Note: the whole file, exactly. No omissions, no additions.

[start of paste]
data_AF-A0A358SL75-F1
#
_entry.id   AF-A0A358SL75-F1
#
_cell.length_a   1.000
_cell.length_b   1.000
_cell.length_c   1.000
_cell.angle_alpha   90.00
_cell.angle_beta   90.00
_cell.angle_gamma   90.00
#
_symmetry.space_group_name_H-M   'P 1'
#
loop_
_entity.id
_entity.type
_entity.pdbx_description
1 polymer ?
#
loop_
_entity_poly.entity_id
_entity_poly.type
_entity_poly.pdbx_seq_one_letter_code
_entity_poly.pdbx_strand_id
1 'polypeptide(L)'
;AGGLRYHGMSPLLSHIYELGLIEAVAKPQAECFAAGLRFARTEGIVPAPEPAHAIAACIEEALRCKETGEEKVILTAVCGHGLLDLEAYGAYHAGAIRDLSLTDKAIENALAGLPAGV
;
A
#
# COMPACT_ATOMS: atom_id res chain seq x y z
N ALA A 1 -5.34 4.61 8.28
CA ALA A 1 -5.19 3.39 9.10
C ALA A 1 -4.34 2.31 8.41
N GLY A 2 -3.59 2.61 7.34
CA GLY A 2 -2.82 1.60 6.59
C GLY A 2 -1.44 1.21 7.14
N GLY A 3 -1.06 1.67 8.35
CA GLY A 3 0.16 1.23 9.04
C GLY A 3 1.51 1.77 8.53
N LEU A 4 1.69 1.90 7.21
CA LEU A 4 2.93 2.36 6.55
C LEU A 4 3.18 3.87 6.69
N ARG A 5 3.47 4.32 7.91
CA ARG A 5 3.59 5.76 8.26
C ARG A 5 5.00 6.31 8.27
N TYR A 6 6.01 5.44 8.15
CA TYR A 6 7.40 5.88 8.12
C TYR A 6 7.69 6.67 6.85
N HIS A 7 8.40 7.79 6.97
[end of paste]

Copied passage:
data_AF-A0A358SL75-F1
#
_entry.id   AF-A0A358SL75-F1
#
_cell.length_a   1.000
_cell.length_b   1.000
_cell.length_c   1.000
_cell.angle_alpha   90.00
_cell.angle_beta   90.00
_cell.angle_gamma   90.00
#
_symmetry.space_group_name_H-M   'P 1'
#
loop_
_entity.id
_entity.type
_entity.pdbx_description
1 polymer ?
#
loop_
_entity_poly.entity_id
_entity_poly.type
_entity_poly.pdbx_seq_one_letter_code
_entity_poly.pdbx_strand_id
1 'polypeptide(L)'
;AGGLRYHGMSPLLSHIYELGLIEAVAKPQAECFAAGLRFARTEGIVPAPEPAHAIAACIEEALRCKETGEEKVILTAVCGHGLLDLEAYGAYHAGAIRDLSLTDKAIENALAGLPAGV
;
A
#
# COMPACT_ATOMS: atom_id res chain seq x y z
N ALA A 1 -5.34 4.61 8.28
CA ALA A 1 -5.19 3.39 9.10
C ALA A 1 -4.34 2.31 8.41
N GLY A 2 -3.59 2.61 7.34
CA GLY A 2 -2.82 1.60 6.59
C GLY A 2 -1.44 1.21 7.14
N GLY A 3 -1.06 1.67 8.35
CA GLY A 3 0.16 1.23 9.04
C GLY A 3 1.51 1.77 8.53
N LEU A 4 1.69 1.90 7.21
CA LEU A 4 2.93 2.36 6.55
C LEU A 4 3.18 3.87 6.69
N ARG A 5 3.47 4.32 7.91
CA ARG A 5 3.59 5.76 8.26
C ARG A 5 5.00 6.31 8.27
N TYR A 6 6.01 5.44 8.15
CA TYR A 6 7.40 5.88 8.12
C TYR A 6 7.69 6.67 6.85
N HIS A 7 8.40 7.79 6.97